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Is Pluto a Planet?
A Historical Journey through the Solar System
David A. Weintraub
With a new postscript by the author

Paperback | 2008 | $27.95 | £22.95 | ISBN: 9780691138466
280 pp. | 6 x 9 1/4 | 65 halftones. 7 line illus. 1 table.
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A Note from the Author: On August 24, 2006, at the 26th General Assembly of the International Astronomical Union (IAU) in Prague, by a majority vote of only the 424 members present, the IAU (an organization of over 10,000 members) passed a resolution defining planet in such a way as to exclude Pluto and established a new class of objects in the solar system to be called "dwarf planets," which was deliberately designed to include Pluto.

With the discovery of Eris (2003 UB313)--an outer solar system object thought to be both slightly larger than Pluto and twice as far from the Sun--astronomers have again been thrown into an age-old debate about what is and what is not a planet. One of many sizeable hunks of rock and ice in the Kuiper Belt, Eris has resisted easy classification and inspired much controversy over the definition of planethood. But, Pluto itself has been subject to controversy since its discovery in 1930, and questions over its status linger. Is it a planet? What exactly is a planet?

Is Pluto a Planet? tells the story of how the meaning of the word "planet" has changed from antiquity to the present day, as new objects in our solar system have been discovered. In lively, thoroughly accessible prose, David Weintraub provides the historical, philosophical, and astronomical background that allows us to decide for ourselves whether Pluto is indeed a planet.

The number of possible planets has ranged widely over the centuries, from five to seventeen. This book makes sense of it all--from the ancient Greeks' observation that some stars wander while others don't; to Copernicus, who made Earth a planet but rejected the Sun and the Moon; to the discoveries of comets, Uranus, Ceres, the asteroid belt, Neptune, Pluto, centaurs, the Kuiper Belt and Eris, and extrasolar planets.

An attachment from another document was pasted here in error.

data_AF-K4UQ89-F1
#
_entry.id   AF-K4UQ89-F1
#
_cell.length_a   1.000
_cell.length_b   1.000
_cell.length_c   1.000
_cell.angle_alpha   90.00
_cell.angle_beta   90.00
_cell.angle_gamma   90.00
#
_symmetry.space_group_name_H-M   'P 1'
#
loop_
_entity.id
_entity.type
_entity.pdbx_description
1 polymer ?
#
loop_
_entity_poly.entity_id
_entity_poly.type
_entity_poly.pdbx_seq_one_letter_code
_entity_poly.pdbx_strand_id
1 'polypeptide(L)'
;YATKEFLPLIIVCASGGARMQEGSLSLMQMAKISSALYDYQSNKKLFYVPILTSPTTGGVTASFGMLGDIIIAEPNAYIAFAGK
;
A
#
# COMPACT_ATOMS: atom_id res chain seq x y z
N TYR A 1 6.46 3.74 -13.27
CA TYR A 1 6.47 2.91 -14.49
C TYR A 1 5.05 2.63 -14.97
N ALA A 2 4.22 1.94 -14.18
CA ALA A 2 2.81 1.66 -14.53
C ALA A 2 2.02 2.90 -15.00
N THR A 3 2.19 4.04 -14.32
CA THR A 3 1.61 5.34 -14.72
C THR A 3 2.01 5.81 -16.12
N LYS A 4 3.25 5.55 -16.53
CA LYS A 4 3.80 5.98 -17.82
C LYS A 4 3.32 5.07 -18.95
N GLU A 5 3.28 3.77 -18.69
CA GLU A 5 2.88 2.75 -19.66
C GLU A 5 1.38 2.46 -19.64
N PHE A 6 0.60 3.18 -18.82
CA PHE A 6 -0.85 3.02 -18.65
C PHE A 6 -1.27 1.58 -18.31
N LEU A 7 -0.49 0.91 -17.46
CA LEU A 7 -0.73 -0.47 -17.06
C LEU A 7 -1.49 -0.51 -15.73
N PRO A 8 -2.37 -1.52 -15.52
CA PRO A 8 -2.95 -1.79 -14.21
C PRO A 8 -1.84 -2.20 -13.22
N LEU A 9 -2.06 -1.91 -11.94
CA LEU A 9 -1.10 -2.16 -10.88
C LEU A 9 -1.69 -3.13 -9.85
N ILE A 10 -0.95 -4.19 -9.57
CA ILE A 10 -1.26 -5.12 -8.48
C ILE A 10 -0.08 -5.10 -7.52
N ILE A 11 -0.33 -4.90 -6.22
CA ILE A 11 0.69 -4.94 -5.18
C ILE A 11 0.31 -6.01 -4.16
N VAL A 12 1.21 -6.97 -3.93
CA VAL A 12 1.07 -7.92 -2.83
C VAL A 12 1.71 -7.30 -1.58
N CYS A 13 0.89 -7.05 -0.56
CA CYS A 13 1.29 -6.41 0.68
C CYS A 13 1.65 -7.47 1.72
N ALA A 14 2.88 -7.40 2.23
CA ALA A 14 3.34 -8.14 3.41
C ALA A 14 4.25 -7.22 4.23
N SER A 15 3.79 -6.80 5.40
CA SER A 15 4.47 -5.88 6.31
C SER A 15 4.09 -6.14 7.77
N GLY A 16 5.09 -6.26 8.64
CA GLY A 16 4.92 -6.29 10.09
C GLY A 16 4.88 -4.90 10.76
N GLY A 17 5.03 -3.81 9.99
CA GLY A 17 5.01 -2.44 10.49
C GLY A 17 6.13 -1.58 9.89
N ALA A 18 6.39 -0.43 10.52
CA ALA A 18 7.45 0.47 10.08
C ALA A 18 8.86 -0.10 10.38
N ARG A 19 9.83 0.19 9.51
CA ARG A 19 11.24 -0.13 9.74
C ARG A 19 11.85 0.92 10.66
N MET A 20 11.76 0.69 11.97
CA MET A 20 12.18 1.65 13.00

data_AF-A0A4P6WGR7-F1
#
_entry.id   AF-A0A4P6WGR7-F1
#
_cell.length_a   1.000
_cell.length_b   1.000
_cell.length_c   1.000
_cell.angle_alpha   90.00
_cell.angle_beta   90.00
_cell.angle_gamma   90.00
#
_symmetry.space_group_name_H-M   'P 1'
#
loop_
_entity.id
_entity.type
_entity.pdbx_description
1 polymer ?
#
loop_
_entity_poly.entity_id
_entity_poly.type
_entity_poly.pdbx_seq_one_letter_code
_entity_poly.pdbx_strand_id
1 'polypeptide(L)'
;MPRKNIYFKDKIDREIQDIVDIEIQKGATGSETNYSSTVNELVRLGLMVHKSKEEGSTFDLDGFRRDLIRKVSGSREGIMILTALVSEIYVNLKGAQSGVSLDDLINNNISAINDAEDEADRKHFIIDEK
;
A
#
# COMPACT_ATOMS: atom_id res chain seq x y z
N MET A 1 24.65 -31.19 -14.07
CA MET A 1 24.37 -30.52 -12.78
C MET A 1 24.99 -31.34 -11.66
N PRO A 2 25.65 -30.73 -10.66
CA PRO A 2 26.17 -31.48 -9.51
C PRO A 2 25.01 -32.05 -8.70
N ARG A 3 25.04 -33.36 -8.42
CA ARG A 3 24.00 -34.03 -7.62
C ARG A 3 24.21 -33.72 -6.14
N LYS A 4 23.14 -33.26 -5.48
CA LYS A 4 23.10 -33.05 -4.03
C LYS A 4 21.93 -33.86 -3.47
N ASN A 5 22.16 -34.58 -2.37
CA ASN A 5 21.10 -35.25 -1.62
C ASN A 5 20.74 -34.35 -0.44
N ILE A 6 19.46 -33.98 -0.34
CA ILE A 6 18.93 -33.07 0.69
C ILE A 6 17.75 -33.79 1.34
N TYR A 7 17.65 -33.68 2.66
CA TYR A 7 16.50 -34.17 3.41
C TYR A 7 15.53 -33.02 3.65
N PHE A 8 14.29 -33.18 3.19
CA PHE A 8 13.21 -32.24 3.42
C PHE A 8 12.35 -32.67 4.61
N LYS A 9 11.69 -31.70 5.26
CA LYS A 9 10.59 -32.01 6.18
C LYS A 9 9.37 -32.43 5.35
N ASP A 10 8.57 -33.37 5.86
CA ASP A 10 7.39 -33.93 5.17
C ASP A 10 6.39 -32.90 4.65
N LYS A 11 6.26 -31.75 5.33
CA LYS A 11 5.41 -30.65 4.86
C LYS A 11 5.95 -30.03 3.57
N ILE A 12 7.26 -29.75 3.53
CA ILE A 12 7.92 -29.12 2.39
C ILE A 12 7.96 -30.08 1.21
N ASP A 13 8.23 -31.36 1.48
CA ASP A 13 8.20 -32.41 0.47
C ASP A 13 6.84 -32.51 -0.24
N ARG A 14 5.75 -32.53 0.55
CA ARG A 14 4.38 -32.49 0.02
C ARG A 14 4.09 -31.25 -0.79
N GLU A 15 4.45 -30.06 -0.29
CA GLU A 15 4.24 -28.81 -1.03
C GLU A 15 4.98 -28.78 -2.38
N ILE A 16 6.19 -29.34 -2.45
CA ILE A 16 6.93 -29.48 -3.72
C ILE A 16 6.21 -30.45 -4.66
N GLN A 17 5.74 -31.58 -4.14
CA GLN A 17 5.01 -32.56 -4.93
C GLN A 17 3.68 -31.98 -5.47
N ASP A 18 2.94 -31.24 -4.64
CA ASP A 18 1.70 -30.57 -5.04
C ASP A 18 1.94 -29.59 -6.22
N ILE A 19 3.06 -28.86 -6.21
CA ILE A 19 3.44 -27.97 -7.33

Weaving the history of our thinking about planets and cosmology into a single, remarkable story, Is Pluto a Planet? is for all those who seek a fuller understanding of the science surrounding both Pluto and the provocative recent discoveries in our outer solar system.


"David Weintraub sets the debate in its full context, and his views will be of interest to anyone who wants to know how our view of the universe around us has changed over time."--Martin Ince, Times Higher Education Supplement

"Vanderbilt astronomer Weintraub places the Pluto controversy in context in his judicious, lively account of the development of our solar system and the evolution of the meaning of the word planet. . . . Weintraub effectively shows that Pluto is a planet by most definitions, but so are several other objects in the Kuiper asteroid belt. Weintraub's provocative, engaging study points to the richness and complexity of our solar system and its many possible planets."--Publishers Weekly

"Well told. . . . "Is Pluto a Planet?" . . . provides a readable historical account of our knowledge of the Solar System and the concept of what has been considered to be a planet. . . . Towards the end of this interesting book, Weintraub surprisingly concludes, despite the close analogy between the discovery of the asteroid and Kuiper belts, that we should retain Pluto as a planet by using three physical parameters of orbital characteristics, mass and roundness."--Stuart Ross Taylor, Nature

"Weintraub discusses how the concept of planet has changed. He describes the rises and falls in the number of planets recognized in our solar system--changes that lead him to term Pluto 'the fourth ninth planet.' Although readers may not accept Weintraub's answer to the titular question, they will find his thought-provoking account provides ample information for supporting a variety of positions in the continuing debate."--Science

"A fascinating, accessible, and eminently readable historical introduction to the development of the planetary ideal."--David W. Hughes, Observatory

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Table of Contents:

Chapter 1: What Is a Planet? 1
Chapter 2: Seven Perfect Planets Made of Aether 6
Chapter 3: The Earth Becomes a Planet 36
Chapter 4: Sixteen Planets 59
Chapter 5: Not Everything That Orbits the Sun Is a Planet 71
Chapter 6: Uranus! 82
Chapter 7: The Celestial Police 95
Chapter 8: Neptune, the Thirteenth Planet 107
Chapter 9: Easy Come, Easy Go 121
Chapter 10: Pluto, the Fourth Ninth Planet 130
Chapter 11: Hidden Secrets of the Outer Solar System 148
Chapter 12: The Plutinos 167
Chapter 13: Is Pluto a Planet? 179
Chapter 14: Goldilocks 185
POSTSCRIPT: Current Thoughts by Other Astronomers 222
APPENDIX: What We Know about Pluto 232

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